The Old Ball Game
Over the last several months everyone has been impacted by the fallout of the Novel Corona Virus in one way or another, and will likely, continue to be for months if not years ahead. From a planning perspective, it was necessary to quickly revisit the assumptions return assumptions for various asset classes we incorporate into our financial plans.
Normally at this point in the year baseball season is in full swing, but 2020 has certainly thrown us all a curve ball. America’s greatest past-time is an excellent analogy to draw from for the financial planning process.
The expected return is the profit or loss an investor anticipates on an investment or portfolio. It is calculated by multiplying potential outcomes by the chances of them occurring and then totaling those results. Similar to how statistics are monitored for baseball players, it is important to note that while two investments may have two identical expected returns (batting averages), their risk profiles (on base percentage) may be vastly different, that is the variance of those returns. We can use these expected returns of various asset classes to generate an expected return for an entire portfolio, just as baseball analytics are used to create winning teams. This is essential for financial planning as it will assist in determining if goals and objectives are achievable given a certain level of risk and a return or not.
Prior to the Pandemic and in previous The Artisan articles we have taken the view that we are entering the “late stages of the ball game.” To put this analogy in perspective, lets consider the late 90’s where long term portfolio expected returns were in the high single digits, to low teens. Like a ball game, this was a relatively simple part of the entire game from the managers perspective. A line up for the game was created and a pitcher was sent in for the first 4 or 5 innings and in most games, there was no need to pull a pitcher early. In the investment universe this was akin to passive investing--not much active management was required to get a good outcome.
As we enter the later stages of the “the ball game,” things get a bit more challenging and the manager knows he needs to go to the bullpen and start more active decision making. Portfolio managers such as Northland began to utilize alternative assets with active management as the outlook on long-term returns for public market investments such stocks and bonds began to be reduced.
Corona virus has now accelerated us from the 7th or 8th to the 9th inning, and we may end up going into extra innings. Those runs become ever more challenging to manufacture and their effect on the game is ever more meaningful to the game, just as investment returns are in this current environment.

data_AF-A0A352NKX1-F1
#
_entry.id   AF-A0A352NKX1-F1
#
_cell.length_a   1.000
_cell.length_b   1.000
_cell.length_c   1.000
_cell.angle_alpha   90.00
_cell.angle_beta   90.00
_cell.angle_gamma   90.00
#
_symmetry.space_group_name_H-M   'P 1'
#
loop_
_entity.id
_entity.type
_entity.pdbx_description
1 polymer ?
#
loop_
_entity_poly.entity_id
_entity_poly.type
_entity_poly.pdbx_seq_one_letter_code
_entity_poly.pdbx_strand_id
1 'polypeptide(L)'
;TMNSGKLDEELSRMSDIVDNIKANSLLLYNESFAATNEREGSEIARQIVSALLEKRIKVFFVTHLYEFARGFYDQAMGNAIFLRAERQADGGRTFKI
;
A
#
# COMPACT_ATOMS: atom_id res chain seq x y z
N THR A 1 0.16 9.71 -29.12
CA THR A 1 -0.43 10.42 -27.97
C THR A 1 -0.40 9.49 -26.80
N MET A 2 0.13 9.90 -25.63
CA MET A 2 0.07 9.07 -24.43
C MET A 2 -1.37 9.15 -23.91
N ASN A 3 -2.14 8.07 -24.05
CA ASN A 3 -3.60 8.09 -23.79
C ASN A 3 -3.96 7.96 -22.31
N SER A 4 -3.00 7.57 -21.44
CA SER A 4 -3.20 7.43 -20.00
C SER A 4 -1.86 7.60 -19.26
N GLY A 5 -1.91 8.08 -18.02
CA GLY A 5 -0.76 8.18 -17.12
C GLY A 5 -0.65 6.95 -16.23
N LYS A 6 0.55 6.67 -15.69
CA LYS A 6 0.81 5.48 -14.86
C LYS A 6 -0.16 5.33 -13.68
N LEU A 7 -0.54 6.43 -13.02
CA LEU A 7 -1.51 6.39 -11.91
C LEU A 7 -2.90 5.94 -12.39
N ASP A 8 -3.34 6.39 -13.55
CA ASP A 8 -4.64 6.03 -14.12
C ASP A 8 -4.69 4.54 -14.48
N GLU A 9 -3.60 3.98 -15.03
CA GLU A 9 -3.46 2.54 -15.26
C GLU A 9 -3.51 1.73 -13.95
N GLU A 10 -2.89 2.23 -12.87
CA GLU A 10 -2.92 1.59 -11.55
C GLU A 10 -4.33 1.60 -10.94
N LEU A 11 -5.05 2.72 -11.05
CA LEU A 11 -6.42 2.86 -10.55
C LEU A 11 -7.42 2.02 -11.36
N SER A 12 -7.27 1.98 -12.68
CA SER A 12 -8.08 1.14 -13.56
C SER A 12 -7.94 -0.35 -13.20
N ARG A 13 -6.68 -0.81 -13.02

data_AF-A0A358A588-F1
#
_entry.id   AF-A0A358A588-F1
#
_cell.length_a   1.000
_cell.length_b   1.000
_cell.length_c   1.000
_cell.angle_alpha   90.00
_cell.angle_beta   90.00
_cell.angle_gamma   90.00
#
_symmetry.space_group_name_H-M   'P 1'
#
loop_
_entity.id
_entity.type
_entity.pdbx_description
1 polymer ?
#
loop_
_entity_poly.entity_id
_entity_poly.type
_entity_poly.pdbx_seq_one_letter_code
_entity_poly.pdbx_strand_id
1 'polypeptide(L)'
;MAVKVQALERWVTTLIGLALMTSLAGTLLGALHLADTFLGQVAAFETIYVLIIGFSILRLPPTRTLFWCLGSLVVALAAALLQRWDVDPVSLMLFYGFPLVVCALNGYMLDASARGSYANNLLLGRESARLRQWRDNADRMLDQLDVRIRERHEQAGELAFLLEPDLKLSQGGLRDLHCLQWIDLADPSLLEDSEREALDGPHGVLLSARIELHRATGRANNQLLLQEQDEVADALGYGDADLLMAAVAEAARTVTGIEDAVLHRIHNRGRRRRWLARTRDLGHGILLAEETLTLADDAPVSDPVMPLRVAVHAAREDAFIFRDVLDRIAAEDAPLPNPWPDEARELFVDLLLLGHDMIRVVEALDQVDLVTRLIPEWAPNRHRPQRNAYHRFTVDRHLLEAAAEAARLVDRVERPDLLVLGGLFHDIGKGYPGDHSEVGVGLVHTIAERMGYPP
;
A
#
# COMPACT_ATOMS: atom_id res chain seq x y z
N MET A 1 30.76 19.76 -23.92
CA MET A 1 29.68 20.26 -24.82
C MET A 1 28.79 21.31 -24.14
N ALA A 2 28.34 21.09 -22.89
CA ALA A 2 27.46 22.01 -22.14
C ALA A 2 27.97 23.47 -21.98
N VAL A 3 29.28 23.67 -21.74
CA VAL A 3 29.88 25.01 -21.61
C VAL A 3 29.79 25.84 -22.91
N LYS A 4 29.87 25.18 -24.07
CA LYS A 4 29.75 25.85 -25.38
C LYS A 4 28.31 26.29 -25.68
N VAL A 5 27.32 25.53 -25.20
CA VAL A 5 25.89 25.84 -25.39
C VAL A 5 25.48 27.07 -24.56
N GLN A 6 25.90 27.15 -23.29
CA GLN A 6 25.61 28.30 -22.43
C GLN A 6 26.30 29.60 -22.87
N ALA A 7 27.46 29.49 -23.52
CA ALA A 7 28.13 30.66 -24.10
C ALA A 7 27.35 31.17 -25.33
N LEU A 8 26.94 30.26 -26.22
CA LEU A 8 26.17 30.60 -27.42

Although a “U” shaped correction may provide significant annual returns from the bottom of the market, it is the longer-term averages that must be focused on. Furthermore, the volatility of returns creates a great challenge with what is referred to as variance drain. For example, if you hit a home-run every ten at bat, but strike out the other nine, you will have a very unimpressive batting average of .100; yet many will bask in the glory of the home run. However, if you hit 4 singles out of every 10 at bat, you will likely make a bigger impact on the team over time with a 0.400 batting average.
At Northland, we have always been conservative in our estimates of expected returns, typically below that of the planning industry. In addition, we have chosen to focus on probabilities of success using Monte-Carlo analysis (variance of returns) vs the typical straight-line analysis often used in more simplistic planning. We also tend to focus on the “what you actually eat,” aspect of returns with absolute benchmarks. Simply put, these are return metrics that take into account the cost of inflation which will be ever more important in the years ahead. It is great if you are achieving 10% returns but if inflation is at 6% then your real return, (what you eat), is only 4%. This is the same as getting 10 runs in the 5th inning, but the other team gets 6.
Revisiting your plan every few years or when there is a significant change in your financial situation is prudent. However, due to our conservative approach, we have found that more often than not, our clients are pleasantly surprised that they are ahead of their plan, largely due to the implementation of realistic objectives. It is better to underestimate and be rewarded, than overpromise and underdeliver.
Our future is going to be quite different than was anticipated only a year ago. As mentioned in a previous planning files article, it is better to plan for the worse, than hope for the best! In baseball you cannot win by too much, but you certainly can hand over a game to the other team, by not being prepared nor remaining focused on the task at hand.
All clients of Northland are encouraged to complete a Life Plan with one of our seasoned Financial Planners, to ensure that not only are you in the ball park, but that you have the potential to knock one out of the park!